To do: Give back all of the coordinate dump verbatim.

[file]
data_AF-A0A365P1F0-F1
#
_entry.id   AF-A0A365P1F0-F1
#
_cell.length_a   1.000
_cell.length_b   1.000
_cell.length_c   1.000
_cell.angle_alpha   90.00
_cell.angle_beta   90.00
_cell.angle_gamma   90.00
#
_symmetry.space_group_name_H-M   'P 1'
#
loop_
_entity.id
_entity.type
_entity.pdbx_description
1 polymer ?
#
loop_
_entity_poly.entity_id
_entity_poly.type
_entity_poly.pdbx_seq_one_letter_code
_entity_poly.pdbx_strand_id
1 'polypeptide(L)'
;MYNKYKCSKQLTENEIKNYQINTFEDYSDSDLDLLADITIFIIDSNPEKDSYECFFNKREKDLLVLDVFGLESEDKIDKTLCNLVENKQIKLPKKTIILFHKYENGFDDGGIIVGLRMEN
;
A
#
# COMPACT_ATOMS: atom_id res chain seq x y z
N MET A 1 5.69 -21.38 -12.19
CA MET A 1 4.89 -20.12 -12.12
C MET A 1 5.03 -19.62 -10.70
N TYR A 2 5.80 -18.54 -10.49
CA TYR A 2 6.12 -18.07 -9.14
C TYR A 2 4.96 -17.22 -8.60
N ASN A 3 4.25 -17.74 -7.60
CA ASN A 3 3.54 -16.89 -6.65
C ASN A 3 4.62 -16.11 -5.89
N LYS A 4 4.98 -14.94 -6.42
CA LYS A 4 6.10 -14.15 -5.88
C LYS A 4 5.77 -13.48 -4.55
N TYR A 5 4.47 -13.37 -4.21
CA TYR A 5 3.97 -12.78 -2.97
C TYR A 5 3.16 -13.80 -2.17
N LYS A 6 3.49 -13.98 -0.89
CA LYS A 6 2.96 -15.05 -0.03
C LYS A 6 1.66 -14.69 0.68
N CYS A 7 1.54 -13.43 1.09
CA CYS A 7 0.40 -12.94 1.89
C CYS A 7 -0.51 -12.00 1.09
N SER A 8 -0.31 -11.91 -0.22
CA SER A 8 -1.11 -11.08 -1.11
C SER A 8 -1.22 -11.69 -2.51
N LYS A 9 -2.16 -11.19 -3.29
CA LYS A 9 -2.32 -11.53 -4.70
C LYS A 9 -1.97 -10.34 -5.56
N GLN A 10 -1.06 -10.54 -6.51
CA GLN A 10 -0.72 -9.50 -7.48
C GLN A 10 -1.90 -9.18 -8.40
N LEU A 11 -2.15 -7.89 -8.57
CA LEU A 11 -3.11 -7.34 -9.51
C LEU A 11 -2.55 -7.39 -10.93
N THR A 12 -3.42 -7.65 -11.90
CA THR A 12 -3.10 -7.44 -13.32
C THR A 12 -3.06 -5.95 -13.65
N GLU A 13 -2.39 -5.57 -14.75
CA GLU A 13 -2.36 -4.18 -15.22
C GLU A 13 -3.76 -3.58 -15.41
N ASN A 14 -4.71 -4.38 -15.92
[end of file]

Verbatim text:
data_AF-A0A365P1F0-F1
#
_entry.id   AF-A0A365P1F0-F1
#
_cell.length_a   1.000
_cell.length_b   1.000
_cell.length_c   1.000
_cell.angle_alpha   90.00
_cell.angle_beta   90.00
_cell.angle_gamma   90.00
#
_symmetry.space_group_name_H-M   'P 1'
#
loop_
_entity.id
_entity.type
_entity.pdbx_description
1 polymer ?
#
loop_
_entity_poly.entity_id
_entity_poly.type
_entity_poly.pdbx_seq_one_letter_code
_entity_poly.pdbx_strand_id
1 'polypeptide(L)'
;MYNKYKCSKQLTENEIKNYQINTFEDYSDSDLDLLADITIFIIDSNPEKDSYECFFNKREKDLLVLDVFGLESEDKIDKTLCNLVENKQIKLPKKTIILFHKYENGFDDGGIIVGLRMEN
;
A
#
# COMPACT_ATOMS: atom_id res chain seq x y z
N MET A 1 5.69 -21.38 -12.19
CA MET A 1 4.89 -20.12 -12.12
C MET A 1 5.03 -19.62 -10.70
N TYR A 2 5.80 -18.54 -10.49
CA TYR A 2 6.12 -18.07 -9.14
C TYR A 2 4.96 -17.22 -8.60
N ASN A 3 4.25 -17.74 -7.60
CA ASN A 3 3.54 -16.89 -6.65
C ASN A 3 4.62 -16.11 -5.89
N LYS A 4 4.98 -14.94 -6.42
CA LYS A 4 6.10 -14.15 -5.88
C LYS A 4 5.77 -13.48 -4.55
N TYR A 5 4.47 -13.37 -4.21
CA TYR A 5 3.97 -12.78 -2.97
C TYR A 5 3.16 -13.80 -2.17
N LYS A 6 3.49 -13.98 -0.89
CA LYS A 6 2.96 -15.05 -0.03
C LYS A 6 1.66 -14.69 0.68
N CYS A 7 1.54 -13.43 1.09
CA CYS A 7 0.40 -12.94 1.89
C CYS A 7 -0.51 -12.00 1.09
N SER A 8 -0.31 -11.91 -0.22
CA SER A 8 -1.11 -11.08 -1.11
C SER A 8 -1.22 -11.69 -2.51
N LYS A 9 -2.16 -11.19 -3.29
CA LYS A 9 -2.32 -11.53 -4.70
C LYS A 9 -1.97 -10.34 -5.56
N GLN A 10 -1.06 -10.54 -6.51
CA GLN A 10 -0.72 -9.50 -7.48
C GLN A 10 -1.90 -9.18 -8.40
N LEU A 11 -2.15 -7.89 -8.57
CA LEU A 11 -3.11 -7.34 -9.51
C LEU A 11 -2.55 -7.39 -10.93
N THR A 12 -3.42 -7.65 -11.90
CA THR A 12 -3.10 -7.44 -13.32
C THR A 12 -3.06 -5.95 -13.65
N GLU A 13 -2.39 -5.57 -14.75
CA GLU A 13 -2.36 -4.18 -15.22
C GLU A 13 -3.76 -3.58 -15.41
N ASN A 14 -4.71 -4.38 -15.92